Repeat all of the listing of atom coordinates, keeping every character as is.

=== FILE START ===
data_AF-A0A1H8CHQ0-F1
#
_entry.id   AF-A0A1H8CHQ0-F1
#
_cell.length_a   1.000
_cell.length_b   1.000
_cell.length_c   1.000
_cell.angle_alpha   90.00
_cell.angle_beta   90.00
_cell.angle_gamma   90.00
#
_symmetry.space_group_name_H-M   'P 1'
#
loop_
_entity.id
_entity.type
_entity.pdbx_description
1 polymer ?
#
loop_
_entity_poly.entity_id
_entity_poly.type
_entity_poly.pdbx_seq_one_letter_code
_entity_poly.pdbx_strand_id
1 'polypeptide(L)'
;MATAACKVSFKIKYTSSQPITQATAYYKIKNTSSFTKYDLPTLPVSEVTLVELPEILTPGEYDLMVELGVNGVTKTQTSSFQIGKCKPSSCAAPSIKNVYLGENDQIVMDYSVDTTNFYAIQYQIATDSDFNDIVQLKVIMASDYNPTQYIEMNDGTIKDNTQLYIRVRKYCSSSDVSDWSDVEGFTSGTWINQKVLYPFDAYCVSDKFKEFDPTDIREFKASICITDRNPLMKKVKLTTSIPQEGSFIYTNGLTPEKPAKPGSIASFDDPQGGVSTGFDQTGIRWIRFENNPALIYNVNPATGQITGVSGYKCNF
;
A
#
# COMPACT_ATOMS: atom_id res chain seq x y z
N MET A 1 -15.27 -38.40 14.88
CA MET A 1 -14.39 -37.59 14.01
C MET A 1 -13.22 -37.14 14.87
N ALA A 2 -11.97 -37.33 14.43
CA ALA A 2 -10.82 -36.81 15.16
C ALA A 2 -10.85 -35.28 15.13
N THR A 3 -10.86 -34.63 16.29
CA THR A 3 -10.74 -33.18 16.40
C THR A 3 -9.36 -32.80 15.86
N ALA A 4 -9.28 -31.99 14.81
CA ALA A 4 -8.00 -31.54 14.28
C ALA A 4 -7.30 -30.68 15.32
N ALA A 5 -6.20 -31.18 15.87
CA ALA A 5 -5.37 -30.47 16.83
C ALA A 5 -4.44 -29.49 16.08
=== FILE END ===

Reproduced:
data_AF-A0A1H8CHQ0-F1
#
_entry.id   AF-A0A1H8CHQ0-F1
#
_cell.length_a   1.000
_cell.length_b   1.000
_cell.length_c   1.000
_cell.angle_alpha   90.00
_cell.angle_beta   90.00
_cell.angle_gamma   90.00
#
_symmetry.space_group_name_H-M   'P 1'
#
loop_
_entity.id
_entity.type
_entity.pdbx_description
1 polymer ?
#
loop_
_entity_poly.entity_id
_entity_poly.type
_entity_poly.pdbx_seq_one_letter_code
_entity_poly.pdbx_strand_id
1 'polypeptide(L)'
;MATAACKVSFKIKYTSSQPITQATAYYKIKNTSSFTKYDLPTLPVSEVTLVELPEILTPGEYDLMVELGVNGVTKTQTSSFQIGKCKPSSCAAPSIKNVYLGENDQIVMDYSVDTTNFYAIQYQIATDSDFNDIVQLKVIMASDYNPTQYIEMNDGTIKDNTQLYIRVRKYCSSSDVSDWSDVEGFTSGTWINQKVLYPFDAYCVSDKFKEFDPTDIREFKASICITDRNPLMKKVKLTTSIPQEGSFIYTNGLTPEKPAKPGSIASFDDPQGGVSTGFDQTGIRWIRFENNPALIYNVNPATGQITGVSGYKCNF
;
A
#
# COMPACT_ATOMS: atom_id res chain seq x y z
N MET A 1 -15.27 -38.40 14.88
CA MET A 1 -14.39 -37.59 14.01
C MET A 1 -13.22 -37.14 14.87
N ALA A 2 -11.97 -37.33 14.43
CA ALA A 2 -10.82 -36.81 15.16
C ALA A 2 -10.85 -35.28 15.13
N THR A 3 -10.86 -34.63 16.29
CA THR A 3 -10.74 -33.18 16.40
C THR A 3 -9.36 -32.80 15.86
N ALA A 4 -9.28 -31.99 14.81
CA ALA A 4 -8.00 -31.54 14.28
C ALA A 4 -7.30 -30.68 15.32
N ALA A 5 -6.20 -31.18 15.87
CA ALA A 5 -5.37 -30.47 16.83
C ALA A 5 -4.44 -29.49 16.08